Sensitive content warnings
This is a bit of a prickly issue at best, but a consensus was reached with discussion on the fediverse for my proposed system to make spoilered/CWd/whatever messages read as follows:
This text is shown to everyone #nsfw (or #cw) This text is shown only to people who click through the spoiler (or those who have spoilers disabled)
This degrades very gracefully compared to existing systems since the text and content warning itself are preserved in full.
This can also be expanded, by allowing a user to select a hashtag or hashtags that are automatically spoilered for them, by putting them in a list in their profile settings.
Server tagging is also an idea we discussed that we can further expand upon once this baseline feature is added.
Hi! I have made a design proposal for how to implement this feature, including mockups.
I have two understandings of your idea, and I'm going to make mockups for both and weigh pros and cons. To start, here is a mockup for the user-facing end regardless of whether you implement A or B.
Having a user think to manually make a linebreak, write a hashtag, and then another linebreak, is not entirely easy to communicate to a new user. It could also easily be triggered accidentally.
Presently, the post you send looks something like this on non-user facing end.
<status> <text>Howdy!</text> <truncated>false</truncated>[...] </status>
If I add linebreaks it is sent like this:
<status> <text>Howdy! <br> I'm Shel</text> <truncated>false</truncated>[...] </status>
So if you send a status with a sensitive content warning, with your current plan, the status sent to other servers is
<status> <text>Warning <br>#cw<br> I'm Shel</text> <truncated>false</truncated>[...] </status>
So the plan, then, is that on the user-facing side, some sort of reg-ex would recognize
<br>#cw<br>and replace it with the "Show more" button and a collapse.
Given that users are not manually typing
<br>or shown that either, it stands to reason that other elements can be inserted into the xml object without a user seeing it when they compose the post.
This design piece is essentially lifted from Mastodon. Blacklemon did a good job designing the UX for it so I don't see an issue taking a note from her book.
User clicks "CW", extra box appears to type in their content warning. The xml object has the warning marker inserted into it without the user having to think about what that looks like to others, since we know that it looks fine.
Here is where you have an A and a B direction, each with its own pros and cons. B has a B.1 and a B.2 option as well.
Option A: Essentially Mastodon (but inter-operable)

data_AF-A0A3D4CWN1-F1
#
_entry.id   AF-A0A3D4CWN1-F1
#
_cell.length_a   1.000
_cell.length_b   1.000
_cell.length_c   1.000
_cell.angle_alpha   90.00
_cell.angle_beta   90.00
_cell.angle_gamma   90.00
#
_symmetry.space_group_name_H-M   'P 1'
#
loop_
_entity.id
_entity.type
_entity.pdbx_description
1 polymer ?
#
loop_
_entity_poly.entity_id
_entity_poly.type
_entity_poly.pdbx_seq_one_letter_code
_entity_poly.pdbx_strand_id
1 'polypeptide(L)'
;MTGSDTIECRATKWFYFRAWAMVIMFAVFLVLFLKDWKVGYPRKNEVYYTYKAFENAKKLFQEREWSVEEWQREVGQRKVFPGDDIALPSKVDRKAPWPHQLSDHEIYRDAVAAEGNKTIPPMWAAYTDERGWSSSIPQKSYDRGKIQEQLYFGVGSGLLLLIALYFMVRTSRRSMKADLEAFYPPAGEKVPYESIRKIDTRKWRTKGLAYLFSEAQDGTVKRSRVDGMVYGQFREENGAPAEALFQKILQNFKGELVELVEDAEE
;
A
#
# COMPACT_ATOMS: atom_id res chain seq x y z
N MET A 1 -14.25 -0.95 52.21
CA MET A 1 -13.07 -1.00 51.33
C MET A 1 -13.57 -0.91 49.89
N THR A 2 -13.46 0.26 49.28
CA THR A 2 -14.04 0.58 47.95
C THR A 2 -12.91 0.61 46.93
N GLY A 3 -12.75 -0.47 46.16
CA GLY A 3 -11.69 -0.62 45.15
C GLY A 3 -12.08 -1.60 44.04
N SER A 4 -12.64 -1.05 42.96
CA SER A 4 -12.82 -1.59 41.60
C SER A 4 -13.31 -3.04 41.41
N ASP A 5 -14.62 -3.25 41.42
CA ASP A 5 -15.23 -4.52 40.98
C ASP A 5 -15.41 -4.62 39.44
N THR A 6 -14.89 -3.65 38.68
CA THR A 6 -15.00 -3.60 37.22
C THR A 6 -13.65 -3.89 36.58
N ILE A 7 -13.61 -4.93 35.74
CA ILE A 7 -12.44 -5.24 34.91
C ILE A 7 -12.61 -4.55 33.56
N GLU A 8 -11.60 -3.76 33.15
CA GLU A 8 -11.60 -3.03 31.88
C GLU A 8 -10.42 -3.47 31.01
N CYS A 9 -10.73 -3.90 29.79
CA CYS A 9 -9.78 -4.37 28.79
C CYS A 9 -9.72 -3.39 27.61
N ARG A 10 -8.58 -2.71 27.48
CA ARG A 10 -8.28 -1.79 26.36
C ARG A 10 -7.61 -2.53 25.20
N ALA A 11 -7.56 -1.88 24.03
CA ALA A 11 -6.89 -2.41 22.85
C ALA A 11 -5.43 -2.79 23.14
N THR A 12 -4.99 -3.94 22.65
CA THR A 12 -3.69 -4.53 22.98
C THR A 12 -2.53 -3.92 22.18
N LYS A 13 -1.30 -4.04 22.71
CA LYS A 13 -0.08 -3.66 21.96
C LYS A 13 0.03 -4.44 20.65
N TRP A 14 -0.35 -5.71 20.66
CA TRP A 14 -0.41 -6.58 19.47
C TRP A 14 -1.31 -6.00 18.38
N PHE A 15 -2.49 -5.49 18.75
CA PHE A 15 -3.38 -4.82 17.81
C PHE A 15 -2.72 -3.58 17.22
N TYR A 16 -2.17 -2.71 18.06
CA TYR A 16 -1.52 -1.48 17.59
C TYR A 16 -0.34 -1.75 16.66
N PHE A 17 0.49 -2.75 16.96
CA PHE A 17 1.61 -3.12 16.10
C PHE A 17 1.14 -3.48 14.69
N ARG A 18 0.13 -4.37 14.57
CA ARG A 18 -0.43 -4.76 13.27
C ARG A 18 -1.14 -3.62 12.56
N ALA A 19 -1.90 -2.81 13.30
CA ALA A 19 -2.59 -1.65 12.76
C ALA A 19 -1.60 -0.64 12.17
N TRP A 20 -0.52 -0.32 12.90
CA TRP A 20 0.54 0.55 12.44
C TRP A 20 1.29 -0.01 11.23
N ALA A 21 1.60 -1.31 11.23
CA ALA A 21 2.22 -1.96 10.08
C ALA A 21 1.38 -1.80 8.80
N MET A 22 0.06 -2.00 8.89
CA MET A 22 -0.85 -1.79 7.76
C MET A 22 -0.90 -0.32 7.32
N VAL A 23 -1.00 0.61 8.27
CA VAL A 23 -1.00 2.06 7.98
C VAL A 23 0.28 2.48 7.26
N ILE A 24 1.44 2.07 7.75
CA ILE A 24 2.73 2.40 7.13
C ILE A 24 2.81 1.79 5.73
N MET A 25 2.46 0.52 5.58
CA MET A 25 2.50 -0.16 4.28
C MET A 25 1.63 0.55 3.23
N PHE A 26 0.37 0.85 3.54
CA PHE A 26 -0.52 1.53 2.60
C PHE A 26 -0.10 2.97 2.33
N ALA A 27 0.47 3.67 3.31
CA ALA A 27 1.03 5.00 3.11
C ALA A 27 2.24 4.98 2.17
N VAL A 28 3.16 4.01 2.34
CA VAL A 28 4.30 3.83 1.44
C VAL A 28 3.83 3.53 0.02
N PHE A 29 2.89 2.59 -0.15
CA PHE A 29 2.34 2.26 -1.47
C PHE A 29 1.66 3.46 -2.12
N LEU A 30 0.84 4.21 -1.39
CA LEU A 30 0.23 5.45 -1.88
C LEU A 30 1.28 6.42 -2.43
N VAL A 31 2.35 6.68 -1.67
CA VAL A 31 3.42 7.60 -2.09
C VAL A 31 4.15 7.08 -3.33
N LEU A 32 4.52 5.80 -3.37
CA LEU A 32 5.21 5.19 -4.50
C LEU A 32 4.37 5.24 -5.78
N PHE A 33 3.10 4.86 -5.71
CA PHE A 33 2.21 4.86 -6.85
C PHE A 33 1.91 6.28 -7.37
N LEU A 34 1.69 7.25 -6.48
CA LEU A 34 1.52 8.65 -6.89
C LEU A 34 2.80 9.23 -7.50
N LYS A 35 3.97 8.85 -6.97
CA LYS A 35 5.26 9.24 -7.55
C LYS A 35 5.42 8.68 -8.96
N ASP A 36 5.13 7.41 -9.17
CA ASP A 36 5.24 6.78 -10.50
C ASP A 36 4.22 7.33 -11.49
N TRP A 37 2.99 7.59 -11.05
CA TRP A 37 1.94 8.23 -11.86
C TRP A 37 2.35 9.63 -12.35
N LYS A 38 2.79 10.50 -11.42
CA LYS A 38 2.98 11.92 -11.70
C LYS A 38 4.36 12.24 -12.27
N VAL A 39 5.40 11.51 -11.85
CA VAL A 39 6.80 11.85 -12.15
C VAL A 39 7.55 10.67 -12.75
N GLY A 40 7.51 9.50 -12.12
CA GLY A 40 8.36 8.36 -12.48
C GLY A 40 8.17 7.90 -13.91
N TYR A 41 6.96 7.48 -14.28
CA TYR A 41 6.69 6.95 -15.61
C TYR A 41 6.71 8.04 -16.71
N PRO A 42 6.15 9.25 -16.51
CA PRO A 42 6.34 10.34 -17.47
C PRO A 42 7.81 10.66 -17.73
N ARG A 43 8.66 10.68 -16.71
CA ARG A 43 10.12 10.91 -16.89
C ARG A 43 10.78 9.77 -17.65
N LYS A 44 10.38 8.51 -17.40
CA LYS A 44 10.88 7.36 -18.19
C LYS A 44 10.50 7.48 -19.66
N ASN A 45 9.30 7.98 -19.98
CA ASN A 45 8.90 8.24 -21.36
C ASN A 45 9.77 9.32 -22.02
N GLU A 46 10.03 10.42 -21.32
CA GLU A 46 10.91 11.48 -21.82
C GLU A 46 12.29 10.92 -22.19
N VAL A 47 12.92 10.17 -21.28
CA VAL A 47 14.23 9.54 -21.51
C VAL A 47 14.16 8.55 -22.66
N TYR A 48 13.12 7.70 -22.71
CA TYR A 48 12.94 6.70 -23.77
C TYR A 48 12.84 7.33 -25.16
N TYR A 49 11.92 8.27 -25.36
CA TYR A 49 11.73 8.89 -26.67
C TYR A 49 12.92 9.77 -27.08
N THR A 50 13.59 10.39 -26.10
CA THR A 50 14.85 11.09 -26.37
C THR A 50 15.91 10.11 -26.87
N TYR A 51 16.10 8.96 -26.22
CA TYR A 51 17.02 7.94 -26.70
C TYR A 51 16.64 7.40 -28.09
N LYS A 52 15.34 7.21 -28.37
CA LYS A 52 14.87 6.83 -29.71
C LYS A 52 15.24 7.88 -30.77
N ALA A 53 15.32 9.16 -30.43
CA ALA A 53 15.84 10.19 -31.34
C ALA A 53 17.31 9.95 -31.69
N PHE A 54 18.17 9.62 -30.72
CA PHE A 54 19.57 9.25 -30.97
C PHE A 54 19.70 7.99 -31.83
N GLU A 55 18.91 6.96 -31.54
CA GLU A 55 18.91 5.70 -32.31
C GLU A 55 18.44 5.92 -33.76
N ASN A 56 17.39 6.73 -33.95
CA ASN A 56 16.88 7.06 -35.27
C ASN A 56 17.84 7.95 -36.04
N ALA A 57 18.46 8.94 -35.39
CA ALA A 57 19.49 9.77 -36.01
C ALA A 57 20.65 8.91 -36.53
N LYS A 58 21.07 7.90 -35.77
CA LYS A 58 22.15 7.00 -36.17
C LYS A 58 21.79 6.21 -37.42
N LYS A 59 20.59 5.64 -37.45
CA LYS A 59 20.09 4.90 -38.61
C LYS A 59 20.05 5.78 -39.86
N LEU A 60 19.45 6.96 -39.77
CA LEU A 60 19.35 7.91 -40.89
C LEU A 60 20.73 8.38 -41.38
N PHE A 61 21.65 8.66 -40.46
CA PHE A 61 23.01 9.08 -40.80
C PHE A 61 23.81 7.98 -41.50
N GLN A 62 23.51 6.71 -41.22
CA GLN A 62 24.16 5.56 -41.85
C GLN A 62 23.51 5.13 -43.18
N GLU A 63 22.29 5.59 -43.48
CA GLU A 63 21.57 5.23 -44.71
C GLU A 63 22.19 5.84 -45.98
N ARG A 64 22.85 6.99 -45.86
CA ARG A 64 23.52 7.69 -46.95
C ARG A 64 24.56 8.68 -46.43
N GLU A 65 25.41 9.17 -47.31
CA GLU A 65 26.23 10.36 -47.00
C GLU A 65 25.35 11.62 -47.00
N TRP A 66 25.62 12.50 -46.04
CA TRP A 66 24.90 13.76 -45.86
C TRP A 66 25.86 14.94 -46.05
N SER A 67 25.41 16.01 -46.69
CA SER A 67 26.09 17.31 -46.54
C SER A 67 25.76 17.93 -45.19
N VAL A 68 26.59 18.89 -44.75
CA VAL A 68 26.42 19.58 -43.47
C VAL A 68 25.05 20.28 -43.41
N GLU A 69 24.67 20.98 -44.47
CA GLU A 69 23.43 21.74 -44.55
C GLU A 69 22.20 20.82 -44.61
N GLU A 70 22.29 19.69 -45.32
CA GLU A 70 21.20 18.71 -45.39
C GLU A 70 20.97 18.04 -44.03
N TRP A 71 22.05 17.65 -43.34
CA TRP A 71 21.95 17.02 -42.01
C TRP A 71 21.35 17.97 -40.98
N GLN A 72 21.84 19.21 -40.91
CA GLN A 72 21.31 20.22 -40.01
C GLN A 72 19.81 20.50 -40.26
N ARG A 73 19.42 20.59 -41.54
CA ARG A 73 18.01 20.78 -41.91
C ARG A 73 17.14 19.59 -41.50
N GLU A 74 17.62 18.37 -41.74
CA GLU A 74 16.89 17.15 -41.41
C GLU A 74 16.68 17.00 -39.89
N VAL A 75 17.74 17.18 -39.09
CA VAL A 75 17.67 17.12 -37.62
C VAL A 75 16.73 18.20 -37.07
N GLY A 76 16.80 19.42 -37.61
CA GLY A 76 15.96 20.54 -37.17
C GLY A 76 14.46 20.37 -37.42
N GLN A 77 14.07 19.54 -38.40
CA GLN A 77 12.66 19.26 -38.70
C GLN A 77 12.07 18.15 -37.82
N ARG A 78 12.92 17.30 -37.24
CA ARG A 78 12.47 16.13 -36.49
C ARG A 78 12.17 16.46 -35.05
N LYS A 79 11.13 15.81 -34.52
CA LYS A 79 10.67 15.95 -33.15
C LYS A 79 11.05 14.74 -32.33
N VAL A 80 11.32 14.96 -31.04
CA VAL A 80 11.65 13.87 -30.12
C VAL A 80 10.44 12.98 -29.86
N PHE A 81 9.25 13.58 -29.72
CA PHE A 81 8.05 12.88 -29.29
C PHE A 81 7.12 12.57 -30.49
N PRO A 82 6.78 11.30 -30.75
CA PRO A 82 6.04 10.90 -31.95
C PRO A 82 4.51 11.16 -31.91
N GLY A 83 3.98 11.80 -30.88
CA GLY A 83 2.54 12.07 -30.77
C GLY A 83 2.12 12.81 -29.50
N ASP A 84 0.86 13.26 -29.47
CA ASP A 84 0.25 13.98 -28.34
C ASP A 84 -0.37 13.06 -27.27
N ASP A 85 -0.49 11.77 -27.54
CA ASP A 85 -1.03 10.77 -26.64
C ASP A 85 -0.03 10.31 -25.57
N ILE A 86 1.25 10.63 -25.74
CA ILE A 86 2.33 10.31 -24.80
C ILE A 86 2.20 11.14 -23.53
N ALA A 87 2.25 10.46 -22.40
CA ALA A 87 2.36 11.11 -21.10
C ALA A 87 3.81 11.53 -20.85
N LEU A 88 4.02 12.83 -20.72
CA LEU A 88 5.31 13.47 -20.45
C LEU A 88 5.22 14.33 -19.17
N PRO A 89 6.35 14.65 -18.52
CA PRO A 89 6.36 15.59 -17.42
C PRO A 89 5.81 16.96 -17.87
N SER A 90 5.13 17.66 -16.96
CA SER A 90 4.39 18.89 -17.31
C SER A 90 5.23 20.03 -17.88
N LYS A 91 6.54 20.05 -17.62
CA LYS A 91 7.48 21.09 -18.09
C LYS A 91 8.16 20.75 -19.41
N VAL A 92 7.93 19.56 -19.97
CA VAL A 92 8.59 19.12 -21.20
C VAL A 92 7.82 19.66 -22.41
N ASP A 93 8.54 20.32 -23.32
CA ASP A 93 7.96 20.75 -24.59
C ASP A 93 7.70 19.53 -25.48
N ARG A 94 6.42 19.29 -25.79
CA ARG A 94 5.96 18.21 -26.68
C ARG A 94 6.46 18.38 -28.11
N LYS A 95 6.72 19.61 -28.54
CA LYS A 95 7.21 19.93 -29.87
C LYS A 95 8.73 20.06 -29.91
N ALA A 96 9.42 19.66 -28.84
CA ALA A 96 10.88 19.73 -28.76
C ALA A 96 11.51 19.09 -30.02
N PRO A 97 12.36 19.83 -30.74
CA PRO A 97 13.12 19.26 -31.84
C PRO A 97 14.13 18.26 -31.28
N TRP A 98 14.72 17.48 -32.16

In option A, the element in the XML object representing the break for a content warning would not be a hashtag. Something like
---cw---would be inserted instead.
The user has written their warning in the top box, and a show more button will reveal the rest.
The only different between this and the Mastodon implementation is that in the XML object the content warning will display for users not on postActiv. It would be rendered as something like this.
The reasons to go for this option is that often users use CWs to hide context that is personal. At least in my experience on Mastodon, the most common CW users use is "mh" for "mental health." Meaning "this is me venting about my emotions." Using hashtags for content warnings would result in a curated timeline of users talking about their mental health and negative feelings. This is definitely a safety hazard and not an expected behavior of users who are using CWs to intentionally make their posts less visible. Likewise I could see harassment resulting from users making CW'd posts tagged things like "Gender feelings" "Dysphoria" "Racism" etc. and having those posts then curated for someone wishing to find everyone posting personal content which would otherwise be lost in a sea of posts.
Another reason to go for this option is that it is simple. Users have already written their warning before the cut. It's intuitive that you type your warning and that's it.
A reason against going with this option is that it is not as expandable. As you mentioned in your OP. Spoilering posts with hashtags would not be able to integrate with this option seamlessly.
Option B: Contextual Hashtag CWs
In this version, the string inserted into the XML object is a hashtag, rather than option A's
A user writes their message and adds a hashtag, or even just adds a hashtag. It can be rendered in one of two ways, with minor differences.
B.1 is "elegant" but it may not be entirely clear that it is a button to expand a post, rather than just hashtag highlighting. I'd lean towards B.2 myself.
Here is Option B expanded for a pA user
And here is how that shows up for someone not on pA
If a user does not include a hashtag in their CW box, then it should render to the pA user the same as Option A, with a "show more" button, and would render to the non-pA user like this